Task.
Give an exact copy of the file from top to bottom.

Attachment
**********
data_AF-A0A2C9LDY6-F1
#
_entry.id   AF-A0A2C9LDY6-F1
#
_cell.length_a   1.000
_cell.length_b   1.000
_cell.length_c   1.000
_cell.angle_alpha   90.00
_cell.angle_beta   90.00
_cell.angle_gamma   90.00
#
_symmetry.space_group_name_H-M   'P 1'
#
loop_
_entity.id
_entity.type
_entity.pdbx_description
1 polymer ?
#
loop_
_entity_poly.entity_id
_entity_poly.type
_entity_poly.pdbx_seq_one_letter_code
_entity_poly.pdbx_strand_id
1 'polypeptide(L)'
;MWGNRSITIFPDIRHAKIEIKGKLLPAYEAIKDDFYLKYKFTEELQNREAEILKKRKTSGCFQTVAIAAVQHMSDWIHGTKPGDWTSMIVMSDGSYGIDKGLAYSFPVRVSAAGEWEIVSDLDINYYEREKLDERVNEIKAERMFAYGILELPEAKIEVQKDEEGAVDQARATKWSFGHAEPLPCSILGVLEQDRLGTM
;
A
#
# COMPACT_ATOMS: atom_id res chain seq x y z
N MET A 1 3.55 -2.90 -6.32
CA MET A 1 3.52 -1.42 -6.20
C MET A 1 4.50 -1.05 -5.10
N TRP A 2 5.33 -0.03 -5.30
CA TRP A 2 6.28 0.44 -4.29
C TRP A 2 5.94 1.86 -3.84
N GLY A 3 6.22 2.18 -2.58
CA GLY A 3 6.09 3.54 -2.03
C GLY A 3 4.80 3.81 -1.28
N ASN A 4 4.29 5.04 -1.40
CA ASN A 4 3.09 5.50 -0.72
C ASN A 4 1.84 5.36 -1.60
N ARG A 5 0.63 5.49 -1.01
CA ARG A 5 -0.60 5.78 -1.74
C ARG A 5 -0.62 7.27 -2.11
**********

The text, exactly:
data_AF-A0A2C9LDY6-F1
#
_entry.id   AF-A0A2C9LDY6-F1
#
_cell.length_a   1.000
_cell.length_b   1.000
_cell.length_c   1.000
_cell.angle_alpha   90.00
_cell.angle_beta   90.00
_cell.angle_gamma   90.00
#
_symmetry.space_group_name_H-M   'P 1'
#
loop_
_entity.id
_entity.type
_entity.pdbx_description
1 polymer ?
#
loop_
_entity_poly.entity_id
_entity_poly.type
_entity_poly.pdbx_seq_one_letter_code
_entity_poly.pdbx_strand_id
1 'polypeptide(L)'
;MWGNRSITIFPDIRHAKIEIKGKLLPAYEAIKDDFYLKYKFTEELQNREAEILKKRKTSGCFQTVAIAAVQHMSDWIHGTKPGDWTSMIVMSDGSYGIDKGLAYSFPVRVSAAGEWEIVSDLDINYYEREKLDERVNEIKAERMFAYGILELPEAKIEVQKDEEGAVDQARATKWSFGHAEPLPCSILGVLEQDRLGTM
;
A
#
# COMPACT_ATOMS: atom_id res chain seq x y z
N MET A 1 3.55 -2.90 -6.32
CA MET A 1 3.52 -1.42 -6.20
C MET A 1 4.50 -1.05 -5.10
N TRP A 2 5.33 -0.03 -5.30
CA TRP A 2 6.28 0.44 -4.29
C TRP A 2 5.94 1.86 -3.84
N GLY A 3 6.22 2.18 -2.58
CA GLY A 3 6.09 3.54 -2.03
C GLY A 3 4.80 3.81 -1.28
N ASN A 4 4.29 5.04 -1.40
CA ASN A 4 3.09 5.50 -0.72
C ASN A 4 1.84 5.36 -1.60
N ARG A 5 0.63 5.49 -1.01
CA ARG A 5 -0.60 5.78 -1.74
C ARG A 5 -0.62 7.27 -2.11